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Buckle fracture

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November 2023: This guidance is currently under review as it has gone beyond the standard review date. It reflects best practice at the time of authorship / last review and remains safe for use. If there are any concerns regarding the content then please consult with senior clinical staff to confirm.


Incomplete compression fracture at the metaphysis of the distal radius, ulna or both in which one cortex is disrupted, and the other remains intact.1

Buckle fractures are common injuries sustained by children >2 years old2, typically following a fall on the outstretched hand.

As the developing bone is relatively soft, the trabeculae is compressed, resulting in the appearance of a bulge. This is most frequently seen on the dorsal aspect of the distal radius but can appear on distal ulna or both distal ulna and radius. The bulge may be seen at both the ulnar and radial aspects of the bone.

Example xray of distal radius buckle fracture:

Case courtesy of Dr Maulik S Patel, From the case rID: 10733


Be careful not to misdiagnose Salter Harris II or Greenstick fractures as a simple Buckle fracture, as these can be unstable3 requiring immobilisation with cast, and orthopaedic follow up.

Example xray of Salter Harris type 2 fracture of distal radius:

Imaging Findings of the Distal Radio-Ulnar Joint in Trauma - Scientific Figure on ResearchGate.

Example xray of greenstick fracture of distal radius:
(demonstrating extension of fracture line to volar cortex with angulation of the volar cortex)

Images from:
Royal Children's Hospital Melbourne - Complete fracture with buckle distal-radius lateral 
Royal Children's Hospital Melbourne - Complete fracture with buckle distal-radius AP 


Buckle fractures have excellent cosmetic and functional prognosis. A rigid cast is not recommended4, instead a removable splint should be applied. This has been shown to be at least as effective as a cast in terms of facilitating healing, but can promote earlier functional recovery. 

Splint can be used if there is a buckle seen on both radius and ulna.

These patients can be discharged with a parent information leaflet and no planned follow up.5,6,7,8,9

Advice to Parents:

The splint should be worn for 3 weeks, but can be removed for bathing, showering and for sleep.

The child should receive regular simple analgesia for the first few days following injury. They will usually be fine to attend school after the first day.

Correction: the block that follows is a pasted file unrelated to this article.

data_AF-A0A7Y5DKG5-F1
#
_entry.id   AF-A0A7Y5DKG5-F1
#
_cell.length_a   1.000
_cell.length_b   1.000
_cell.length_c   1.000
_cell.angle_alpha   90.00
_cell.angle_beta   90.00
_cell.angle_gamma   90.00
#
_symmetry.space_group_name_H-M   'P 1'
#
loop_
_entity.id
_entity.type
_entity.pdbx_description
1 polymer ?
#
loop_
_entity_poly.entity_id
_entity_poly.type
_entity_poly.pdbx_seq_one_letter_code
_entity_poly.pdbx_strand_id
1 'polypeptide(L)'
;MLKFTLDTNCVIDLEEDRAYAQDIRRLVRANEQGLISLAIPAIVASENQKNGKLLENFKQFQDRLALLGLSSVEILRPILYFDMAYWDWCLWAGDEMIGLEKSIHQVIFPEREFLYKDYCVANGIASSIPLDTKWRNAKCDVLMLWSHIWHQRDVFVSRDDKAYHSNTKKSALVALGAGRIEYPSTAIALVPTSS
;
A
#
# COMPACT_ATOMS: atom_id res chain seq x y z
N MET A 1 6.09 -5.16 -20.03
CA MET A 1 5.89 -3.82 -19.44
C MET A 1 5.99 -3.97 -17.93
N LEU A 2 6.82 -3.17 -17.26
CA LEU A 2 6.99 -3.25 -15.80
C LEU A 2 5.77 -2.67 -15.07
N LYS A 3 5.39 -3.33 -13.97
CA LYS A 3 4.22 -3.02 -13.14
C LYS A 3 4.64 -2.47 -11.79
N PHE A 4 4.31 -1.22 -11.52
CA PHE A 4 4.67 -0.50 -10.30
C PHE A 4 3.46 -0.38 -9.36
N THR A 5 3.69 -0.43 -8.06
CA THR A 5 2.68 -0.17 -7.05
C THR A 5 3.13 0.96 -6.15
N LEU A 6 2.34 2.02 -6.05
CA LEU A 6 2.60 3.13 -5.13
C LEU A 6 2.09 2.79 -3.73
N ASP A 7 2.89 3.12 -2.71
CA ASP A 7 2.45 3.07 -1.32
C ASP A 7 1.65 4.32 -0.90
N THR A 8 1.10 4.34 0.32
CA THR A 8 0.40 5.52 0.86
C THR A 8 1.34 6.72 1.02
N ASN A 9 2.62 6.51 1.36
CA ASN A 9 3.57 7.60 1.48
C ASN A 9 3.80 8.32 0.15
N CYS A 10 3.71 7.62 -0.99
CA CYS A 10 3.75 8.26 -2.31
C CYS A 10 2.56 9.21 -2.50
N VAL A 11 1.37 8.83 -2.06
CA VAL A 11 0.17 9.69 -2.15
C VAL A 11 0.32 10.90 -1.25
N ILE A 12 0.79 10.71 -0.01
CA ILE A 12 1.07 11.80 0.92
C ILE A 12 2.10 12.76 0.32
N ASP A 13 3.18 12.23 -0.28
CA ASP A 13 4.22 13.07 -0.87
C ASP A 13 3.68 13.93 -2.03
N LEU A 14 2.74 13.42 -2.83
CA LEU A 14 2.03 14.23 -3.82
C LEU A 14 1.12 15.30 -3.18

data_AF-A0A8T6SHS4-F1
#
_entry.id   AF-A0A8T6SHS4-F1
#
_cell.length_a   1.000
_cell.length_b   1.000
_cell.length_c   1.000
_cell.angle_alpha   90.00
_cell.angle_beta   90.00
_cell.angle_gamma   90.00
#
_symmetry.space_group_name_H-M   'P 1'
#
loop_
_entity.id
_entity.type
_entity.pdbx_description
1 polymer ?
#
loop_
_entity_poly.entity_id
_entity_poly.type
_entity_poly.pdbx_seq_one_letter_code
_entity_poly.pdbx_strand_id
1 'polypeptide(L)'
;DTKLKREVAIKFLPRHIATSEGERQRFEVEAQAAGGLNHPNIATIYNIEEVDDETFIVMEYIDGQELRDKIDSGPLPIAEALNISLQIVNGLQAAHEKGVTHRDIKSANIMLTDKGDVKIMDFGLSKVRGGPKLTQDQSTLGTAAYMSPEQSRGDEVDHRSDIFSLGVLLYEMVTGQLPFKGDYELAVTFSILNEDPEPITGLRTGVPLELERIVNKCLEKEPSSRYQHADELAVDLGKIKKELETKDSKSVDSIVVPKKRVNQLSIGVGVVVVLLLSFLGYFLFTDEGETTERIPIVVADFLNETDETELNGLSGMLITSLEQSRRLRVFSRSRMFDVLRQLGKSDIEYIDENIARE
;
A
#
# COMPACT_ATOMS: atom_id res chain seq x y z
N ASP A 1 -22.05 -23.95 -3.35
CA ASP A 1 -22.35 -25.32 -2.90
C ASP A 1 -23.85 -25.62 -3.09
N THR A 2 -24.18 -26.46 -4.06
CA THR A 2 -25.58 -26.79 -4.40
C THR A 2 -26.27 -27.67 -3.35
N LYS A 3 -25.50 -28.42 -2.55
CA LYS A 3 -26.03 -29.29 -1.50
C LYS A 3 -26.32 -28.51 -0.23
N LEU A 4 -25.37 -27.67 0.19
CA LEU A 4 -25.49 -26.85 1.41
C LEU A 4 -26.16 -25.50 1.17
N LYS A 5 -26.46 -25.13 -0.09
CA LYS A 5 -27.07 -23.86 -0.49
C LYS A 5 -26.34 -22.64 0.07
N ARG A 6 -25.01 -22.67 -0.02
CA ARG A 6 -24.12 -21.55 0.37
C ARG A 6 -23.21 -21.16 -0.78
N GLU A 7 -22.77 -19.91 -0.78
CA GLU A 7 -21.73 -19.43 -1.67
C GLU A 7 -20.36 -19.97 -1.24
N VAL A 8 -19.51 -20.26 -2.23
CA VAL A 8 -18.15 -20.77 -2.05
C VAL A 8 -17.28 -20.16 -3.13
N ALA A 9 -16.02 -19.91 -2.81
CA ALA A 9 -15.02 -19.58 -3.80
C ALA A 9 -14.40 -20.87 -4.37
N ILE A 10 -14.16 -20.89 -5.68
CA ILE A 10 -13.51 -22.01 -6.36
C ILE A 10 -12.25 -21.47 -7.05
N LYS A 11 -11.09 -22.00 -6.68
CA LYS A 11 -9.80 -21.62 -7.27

If the child remains in significant distress despite the splint and regular analgesia, they should return to ED for review.

If after 3 weeks the wrist still seems very sore, swollen, or the child is not willing to use it, please contact the ED secretary on 0141 452 4603 where follow up arrangements will be made.

Once the splint is removed the children should avoid contact sports or high energy activities (such as rough and tumble play) for a further 3 weeks to avoid further injury

Parents should be provided with an information leaflet containing the above information.

  1. BMC Musculoskeletal Discord 2012 Jan 23;13(1):6
  2. Clin Orthop Rel Res 2005 Mar;(432):8
  3. RANDSBORG, P. and SIVERTSEN, E.A., 2008. Distal radius fractures in children: substantial difference in stability between buckle and greenstick fractures. Acta Orthopaedica, 80(5), pp. 585-589
  4. Fractures (non-complex) assessment and management (NG58). February 2017 (p7 1.3 Management in the emergency department: management of torus fractures).
  5. Howes, M. (2008). Splinting of buckle fractures of the distal radius in children. BestBets.
  6. J Bone Joint Surg Br 2001 Nov;83(8):1173
  7. Paediatrics 2006 Mar;117(3):691
  8. Paediatric Energency Carr 2016 Nov;32(11):773
  9. WILLIAMS, B.A. et al, 2018. Buckling down on torus fractures: has evolving evidence affected practice? Journal of Children’s Orthopaedics, 12(2), pp. 123-128
Editorial Information

Last reviewed: 16 September 2019

Next review: 31 October 2024

Author(s): Dr Diane O’Carroll (Emergency Medicine Trainee – West of Scotland); Miss Alexandra Smith (Consultant Paediatric Orthopaedic Surgeon, RHCG)

Co-Author(s): Correspondence to Dr Steve Foster (Consultant in Paediatric Emergency Medicine, RHCG)